All children underwent herniotomy for their clinically manifested hernia, and only 44 children with Chin's type III CPPV underwent herniotomy on their contra-lateral side at the time of laparoscopy. The remaining 156 children were followed-up at two weeks, two months, six months, 12 months, and three years. Children who showed a non-patent contra-lateral processus vaginalis, and those lost during follow-up, were not included in the study.


We enrolled 200 pediatric patients with unilateral inguinal hernia who underwent surgical hernial repair in our departments and were followed-up for at least three years. We had 158 boys and 42 girls in the study giving a boy to girl ratio of 3.8:1.0. Patients' were aged 2-120 months old with a mean age of 45.0 [+ or -] 5.0 months. Right-sided hernia was seen in 136 patients, while 64 showed a left-sided hernia. Clinical manifestations were an intermittent groin swelling in 138 patients, and a constant groin swelling in 62 patients. The hernia clinically presented as a huge groin mass in 44 right-sided hernias while 18 patients had the same condition on the left side. Associated congenital anomalies included an umbilical hernia in 14 patients, undescended testicles in four patients, and hydrocele in 14 patients [Table 1].

All 200 patients underwent diagnostic US to verify the presence of a hernia and elucidate the PPV. Sonographic results verified the clinical diagnosis; they showed CPPV in all 200 patients. One hundred and twenty-four patients had undergone laparoscopy via the hernial sac to explore the CPPV, while 76 patients had laparoscopy through the umbilicus [Table 2]. All children were proven to have CPPV. According to Chin's classification, 28 patients as type I, 94 patients as type II, and 78 patients (44 males and 34 females) were classified as type III [Table 3].

There was a clinically significant difference between those patients with Chin's type III with right-sided inguinal hernia compared to those with a left-sided inguinal hernia. There was no significant difference regarding age. Herniotomy was done for all patients in the clinically diagnosed and apparent side, while only 44 patients with Chin's type III CPPV underwent herniotomy for their contra-lateral side. However, follow-up continued for at least three years for those who showed Chin's types I, II, and the rest of type III CPPV's children. During the follow-up period, contra-lateral hernia appeared in 58 patients; 50 boys and eight girls. All patients were treated surgically.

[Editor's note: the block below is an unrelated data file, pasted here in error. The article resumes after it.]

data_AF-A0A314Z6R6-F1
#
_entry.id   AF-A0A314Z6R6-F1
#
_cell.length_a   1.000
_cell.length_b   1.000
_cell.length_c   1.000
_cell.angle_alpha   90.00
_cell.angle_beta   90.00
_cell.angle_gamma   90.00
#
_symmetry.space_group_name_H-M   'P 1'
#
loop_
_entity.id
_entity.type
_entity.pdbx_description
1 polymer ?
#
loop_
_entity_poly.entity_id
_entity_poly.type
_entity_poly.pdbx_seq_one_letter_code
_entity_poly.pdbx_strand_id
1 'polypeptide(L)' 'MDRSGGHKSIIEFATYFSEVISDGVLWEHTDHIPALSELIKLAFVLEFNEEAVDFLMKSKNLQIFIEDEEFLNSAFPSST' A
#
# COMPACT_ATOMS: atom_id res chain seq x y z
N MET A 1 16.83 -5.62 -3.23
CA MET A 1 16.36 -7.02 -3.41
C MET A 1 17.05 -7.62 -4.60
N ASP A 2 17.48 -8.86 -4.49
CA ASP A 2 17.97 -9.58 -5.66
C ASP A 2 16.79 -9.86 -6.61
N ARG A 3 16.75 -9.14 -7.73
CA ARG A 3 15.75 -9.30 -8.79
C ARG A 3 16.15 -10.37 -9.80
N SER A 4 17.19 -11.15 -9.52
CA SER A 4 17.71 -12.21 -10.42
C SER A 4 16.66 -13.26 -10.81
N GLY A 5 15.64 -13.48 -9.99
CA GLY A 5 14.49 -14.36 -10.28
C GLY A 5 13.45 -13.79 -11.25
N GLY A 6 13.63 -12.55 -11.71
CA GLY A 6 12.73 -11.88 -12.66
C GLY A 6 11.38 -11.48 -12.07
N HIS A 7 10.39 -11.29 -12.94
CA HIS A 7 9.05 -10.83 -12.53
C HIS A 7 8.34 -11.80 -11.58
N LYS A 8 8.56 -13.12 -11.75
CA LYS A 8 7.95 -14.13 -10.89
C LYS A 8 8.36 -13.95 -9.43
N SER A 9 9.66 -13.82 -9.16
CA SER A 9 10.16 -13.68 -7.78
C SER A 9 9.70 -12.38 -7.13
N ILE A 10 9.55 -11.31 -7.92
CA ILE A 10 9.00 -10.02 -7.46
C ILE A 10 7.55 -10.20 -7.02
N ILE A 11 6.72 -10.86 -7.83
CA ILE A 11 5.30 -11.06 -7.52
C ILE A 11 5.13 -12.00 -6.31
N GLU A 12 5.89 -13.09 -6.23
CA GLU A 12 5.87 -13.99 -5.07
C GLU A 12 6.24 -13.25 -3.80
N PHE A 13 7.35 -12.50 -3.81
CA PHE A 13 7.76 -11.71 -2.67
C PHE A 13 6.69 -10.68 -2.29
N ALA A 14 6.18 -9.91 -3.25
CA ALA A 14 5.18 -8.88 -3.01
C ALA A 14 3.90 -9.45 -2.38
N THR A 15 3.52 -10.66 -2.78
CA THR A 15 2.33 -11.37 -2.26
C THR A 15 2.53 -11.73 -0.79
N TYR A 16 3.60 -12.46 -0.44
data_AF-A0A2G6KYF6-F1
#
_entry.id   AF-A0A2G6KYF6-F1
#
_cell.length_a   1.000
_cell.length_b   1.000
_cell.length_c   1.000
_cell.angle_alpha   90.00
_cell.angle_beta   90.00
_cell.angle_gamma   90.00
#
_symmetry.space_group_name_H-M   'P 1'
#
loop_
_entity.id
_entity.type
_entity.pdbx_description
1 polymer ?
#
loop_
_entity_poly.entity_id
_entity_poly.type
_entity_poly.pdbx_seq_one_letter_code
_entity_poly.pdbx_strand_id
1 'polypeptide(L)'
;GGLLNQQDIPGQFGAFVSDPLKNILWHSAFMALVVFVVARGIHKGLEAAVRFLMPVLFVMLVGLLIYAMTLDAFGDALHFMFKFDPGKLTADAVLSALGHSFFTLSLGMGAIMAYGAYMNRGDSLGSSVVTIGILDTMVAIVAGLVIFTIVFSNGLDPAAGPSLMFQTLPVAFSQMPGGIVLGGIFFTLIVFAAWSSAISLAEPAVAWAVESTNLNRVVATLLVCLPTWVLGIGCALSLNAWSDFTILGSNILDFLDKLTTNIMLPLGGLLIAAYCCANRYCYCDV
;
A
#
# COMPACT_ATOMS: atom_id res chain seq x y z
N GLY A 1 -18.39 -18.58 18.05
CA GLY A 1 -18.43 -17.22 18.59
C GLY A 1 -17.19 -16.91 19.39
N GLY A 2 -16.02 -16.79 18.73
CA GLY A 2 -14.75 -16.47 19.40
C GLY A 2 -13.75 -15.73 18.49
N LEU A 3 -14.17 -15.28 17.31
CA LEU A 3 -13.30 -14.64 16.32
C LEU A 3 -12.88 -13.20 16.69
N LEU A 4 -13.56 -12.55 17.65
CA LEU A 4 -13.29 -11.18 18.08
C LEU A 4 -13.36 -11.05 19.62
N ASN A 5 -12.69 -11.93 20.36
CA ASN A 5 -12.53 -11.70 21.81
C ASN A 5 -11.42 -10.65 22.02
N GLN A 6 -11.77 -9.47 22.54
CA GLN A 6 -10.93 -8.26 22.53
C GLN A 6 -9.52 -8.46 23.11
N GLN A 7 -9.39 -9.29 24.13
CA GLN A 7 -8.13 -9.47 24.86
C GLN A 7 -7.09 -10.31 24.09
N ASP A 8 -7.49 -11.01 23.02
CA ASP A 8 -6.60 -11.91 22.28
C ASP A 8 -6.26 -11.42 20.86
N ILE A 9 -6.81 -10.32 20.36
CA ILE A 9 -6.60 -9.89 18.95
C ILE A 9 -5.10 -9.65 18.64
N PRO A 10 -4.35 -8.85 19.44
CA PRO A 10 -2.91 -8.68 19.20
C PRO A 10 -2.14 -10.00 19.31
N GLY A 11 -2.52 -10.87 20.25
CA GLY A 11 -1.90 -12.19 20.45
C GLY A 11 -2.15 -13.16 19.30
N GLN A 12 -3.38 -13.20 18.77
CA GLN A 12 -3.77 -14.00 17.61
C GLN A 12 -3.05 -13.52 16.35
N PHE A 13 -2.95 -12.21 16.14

Controversy does exist whether bilateral exploration is required in children presenting with unilateral hernia. The majority opinion favors an approach restricted to the side of presentation in boys; albeit in girls bilateral groin exploration was recommended. (16) Moreover, the literature contains many contradicting opinions regarding the necessity of bilateral surgery in girls. (17)

The mean age of the children in our study (45.0 [+ or -] 5.0 months) was similar to other published data, where the mean ages were 48, 44, 36, and 32 months. (13,15,18,19) On the other hand, some studies reported mean younger (2,20,21) and older ages. (22,23)

In our study, the male to female ratio was 3.8:1.0 This ratio was not in accordance with other reported data, where the male to female ratio was 8.6:1. (15,18) Others reported a ratio of 2:1. (11,12,19,21,24,25)

In both boys and girls, approximately 60% of inguinal hernias occur in the right side, 30% in the left and 10% occur bilaterally (with bilateral hernias more common in girls). (26) In our study, 136 patients (68.0%) showed a right-sided hernia and 64 had left-sided hernias. This higher incidence of right-sided hernias corresponds to previously reported data. (11,15,19-22,25)

Our current data showed likewise that CPPV was correctly detected by US, which is a noninvasive and accurate method for evaluating its presence coinciding with other previously published literature. (1,8,9) US remains, however, to be dependent on the operator experience and upon the availability of a high-resolution unit. Although invasive, laparoscopic simultaneous contra-lateral exploration could be considered a safe and effective method of detecting CPPV.